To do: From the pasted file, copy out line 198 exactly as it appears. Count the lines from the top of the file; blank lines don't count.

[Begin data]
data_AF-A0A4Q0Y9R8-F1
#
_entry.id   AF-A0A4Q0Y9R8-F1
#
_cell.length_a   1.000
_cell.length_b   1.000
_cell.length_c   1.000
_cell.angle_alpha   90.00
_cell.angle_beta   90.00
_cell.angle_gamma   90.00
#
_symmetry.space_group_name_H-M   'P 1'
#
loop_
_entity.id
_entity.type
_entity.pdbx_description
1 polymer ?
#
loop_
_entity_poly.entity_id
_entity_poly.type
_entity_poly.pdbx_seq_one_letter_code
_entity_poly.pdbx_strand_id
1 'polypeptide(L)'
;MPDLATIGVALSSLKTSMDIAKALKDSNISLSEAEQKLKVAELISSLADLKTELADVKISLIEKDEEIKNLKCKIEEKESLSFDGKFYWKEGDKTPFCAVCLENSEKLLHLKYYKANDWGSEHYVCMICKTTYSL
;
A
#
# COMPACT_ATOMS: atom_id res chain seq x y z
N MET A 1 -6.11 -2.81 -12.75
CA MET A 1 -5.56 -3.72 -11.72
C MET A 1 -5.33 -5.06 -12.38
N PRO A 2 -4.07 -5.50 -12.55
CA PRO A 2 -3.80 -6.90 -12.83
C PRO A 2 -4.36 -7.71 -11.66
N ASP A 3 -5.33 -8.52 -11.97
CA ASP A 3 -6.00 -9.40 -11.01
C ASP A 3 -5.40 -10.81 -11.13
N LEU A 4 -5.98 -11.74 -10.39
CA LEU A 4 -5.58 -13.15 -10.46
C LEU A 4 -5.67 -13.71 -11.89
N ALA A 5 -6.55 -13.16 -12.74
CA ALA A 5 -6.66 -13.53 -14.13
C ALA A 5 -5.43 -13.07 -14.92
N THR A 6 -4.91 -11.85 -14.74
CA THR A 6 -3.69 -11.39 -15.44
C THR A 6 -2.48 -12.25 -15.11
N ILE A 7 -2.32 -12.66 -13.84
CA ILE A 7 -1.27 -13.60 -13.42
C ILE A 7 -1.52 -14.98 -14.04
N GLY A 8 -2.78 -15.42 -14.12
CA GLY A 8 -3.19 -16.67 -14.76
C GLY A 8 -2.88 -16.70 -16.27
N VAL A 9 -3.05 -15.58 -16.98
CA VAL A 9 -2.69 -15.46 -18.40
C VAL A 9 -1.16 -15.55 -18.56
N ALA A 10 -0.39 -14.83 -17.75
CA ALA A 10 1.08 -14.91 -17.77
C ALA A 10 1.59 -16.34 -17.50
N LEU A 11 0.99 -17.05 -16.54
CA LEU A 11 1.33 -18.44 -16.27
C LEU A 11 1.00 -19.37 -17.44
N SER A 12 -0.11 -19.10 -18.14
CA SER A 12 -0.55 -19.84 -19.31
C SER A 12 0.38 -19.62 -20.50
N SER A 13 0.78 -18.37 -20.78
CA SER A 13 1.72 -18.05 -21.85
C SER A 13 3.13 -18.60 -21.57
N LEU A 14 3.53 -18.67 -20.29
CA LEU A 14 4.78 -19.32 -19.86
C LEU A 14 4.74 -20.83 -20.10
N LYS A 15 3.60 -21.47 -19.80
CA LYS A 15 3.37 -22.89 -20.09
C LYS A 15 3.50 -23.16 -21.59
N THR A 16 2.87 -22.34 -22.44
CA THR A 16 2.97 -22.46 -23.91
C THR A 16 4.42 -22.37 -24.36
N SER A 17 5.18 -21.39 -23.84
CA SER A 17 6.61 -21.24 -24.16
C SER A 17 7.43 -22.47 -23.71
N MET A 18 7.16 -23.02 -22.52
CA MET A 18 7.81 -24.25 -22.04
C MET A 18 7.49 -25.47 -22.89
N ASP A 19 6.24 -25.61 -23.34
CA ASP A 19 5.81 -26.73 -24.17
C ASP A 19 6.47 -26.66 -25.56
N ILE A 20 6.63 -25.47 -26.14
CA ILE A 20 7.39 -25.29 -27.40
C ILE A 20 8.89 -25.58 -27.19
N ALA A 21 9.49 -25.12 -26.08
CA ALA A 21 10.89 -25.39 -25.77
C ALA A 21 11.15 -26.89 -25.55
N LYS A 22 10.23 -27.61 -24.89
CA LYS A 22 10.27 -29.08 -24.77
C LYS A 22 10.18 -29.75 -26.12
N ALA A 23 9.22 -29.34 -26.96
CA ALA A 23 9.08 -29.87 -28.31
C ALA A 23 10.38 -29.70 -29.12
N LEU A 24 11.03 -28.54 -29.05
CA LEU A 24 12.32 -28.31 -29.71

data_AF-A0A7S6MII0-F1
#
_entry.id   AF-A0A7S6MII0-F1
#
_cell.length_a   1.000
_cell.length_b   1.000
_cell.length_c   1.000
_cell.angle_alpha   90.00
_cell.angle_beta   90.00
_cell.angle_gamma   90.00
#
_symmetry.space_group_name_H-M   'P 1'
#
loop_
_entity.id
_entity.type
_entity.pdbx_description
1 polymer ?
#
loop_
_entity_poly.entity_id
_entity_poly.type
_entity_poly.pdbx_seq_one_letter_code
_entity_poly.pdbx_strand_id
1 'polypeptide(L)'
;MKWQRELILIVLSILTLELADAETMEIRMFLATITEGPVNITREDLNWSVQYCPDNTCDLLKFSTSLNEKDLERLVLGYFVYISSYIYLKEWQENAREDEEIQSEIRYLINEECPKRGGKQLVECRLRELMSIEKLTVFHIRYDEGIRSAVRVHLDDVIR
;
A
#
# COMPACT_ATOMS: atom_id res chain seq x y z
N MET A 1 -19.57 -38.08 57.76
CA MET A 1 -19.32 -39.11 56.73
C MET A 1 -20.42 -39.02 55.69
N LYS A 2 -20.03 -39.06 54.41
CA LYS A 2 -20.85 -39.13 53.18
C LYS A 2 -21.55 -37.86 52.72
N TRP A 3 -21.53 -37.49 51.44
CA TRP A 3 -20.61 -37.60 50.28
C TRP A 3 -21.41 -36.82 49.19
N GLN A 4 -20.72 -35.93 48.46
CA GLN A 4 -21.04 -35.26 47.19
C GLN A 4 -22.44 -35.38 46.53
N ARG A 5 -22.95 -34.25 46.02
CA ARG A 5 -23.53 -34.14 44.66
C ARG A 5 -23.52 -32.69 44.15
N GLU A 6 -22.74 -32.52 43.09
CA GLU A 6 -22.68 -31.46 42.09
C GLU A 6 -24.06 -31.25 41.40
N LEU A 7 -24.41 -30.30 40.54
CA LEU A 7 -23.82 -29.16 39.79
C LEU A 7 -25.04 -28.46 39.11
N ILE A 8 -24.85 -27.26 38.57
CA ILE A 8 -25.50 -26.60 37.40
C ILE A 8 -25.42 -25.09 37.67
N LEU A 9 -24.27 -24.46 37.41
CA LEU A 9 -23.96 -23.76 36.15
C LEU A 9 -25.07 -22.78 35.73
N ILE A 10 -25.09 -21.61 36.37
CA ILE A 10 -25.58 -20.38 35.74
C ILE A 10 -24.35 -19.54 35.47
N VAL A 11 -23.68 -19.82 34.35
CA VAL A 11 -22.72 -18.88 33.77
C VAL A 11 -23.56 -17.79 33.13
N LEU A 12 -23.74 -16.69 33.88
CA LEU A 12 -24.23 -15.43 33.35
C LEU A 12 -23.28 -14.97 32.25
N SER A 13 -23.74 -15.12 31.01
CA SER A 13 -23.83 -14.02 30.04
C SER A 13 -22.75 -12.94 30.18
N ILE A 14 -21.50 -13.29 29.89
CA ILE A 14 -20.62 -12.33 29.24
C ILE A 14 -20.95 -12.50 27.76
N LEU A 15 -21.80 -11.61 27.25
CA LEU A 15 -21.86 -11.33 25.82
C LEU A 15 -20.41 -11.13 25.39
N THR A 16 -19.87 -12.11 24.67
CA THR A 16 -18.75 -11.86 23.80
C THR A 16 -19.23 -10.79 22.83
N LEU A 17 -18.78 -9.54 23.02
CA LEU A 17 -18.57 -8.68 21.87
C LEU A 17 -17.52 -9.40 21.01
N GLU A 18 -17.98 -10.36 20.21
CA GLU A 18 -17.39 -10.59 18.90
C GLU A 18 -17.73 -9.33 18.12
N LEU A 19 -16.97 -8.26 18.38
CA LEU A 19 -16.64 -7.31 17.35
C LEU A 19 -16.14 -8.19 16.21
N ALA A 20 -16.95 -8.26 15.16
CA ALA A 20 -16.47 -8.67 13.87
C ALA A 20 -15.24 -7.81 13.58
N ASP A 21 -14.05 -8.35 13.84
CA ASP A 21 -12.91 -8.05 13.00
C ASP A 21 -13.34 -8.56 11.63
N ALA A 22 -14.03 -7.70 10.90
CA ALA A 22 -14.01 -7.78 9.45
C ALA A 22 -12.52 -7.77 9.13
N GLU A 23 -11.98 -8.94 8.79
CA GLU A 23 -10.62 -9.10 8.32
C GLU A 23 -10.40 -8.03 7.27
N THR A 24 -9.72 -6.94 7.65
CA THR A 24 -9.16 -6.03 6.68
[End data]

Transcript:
N GLU A 23 -11.98 -8.94 8.79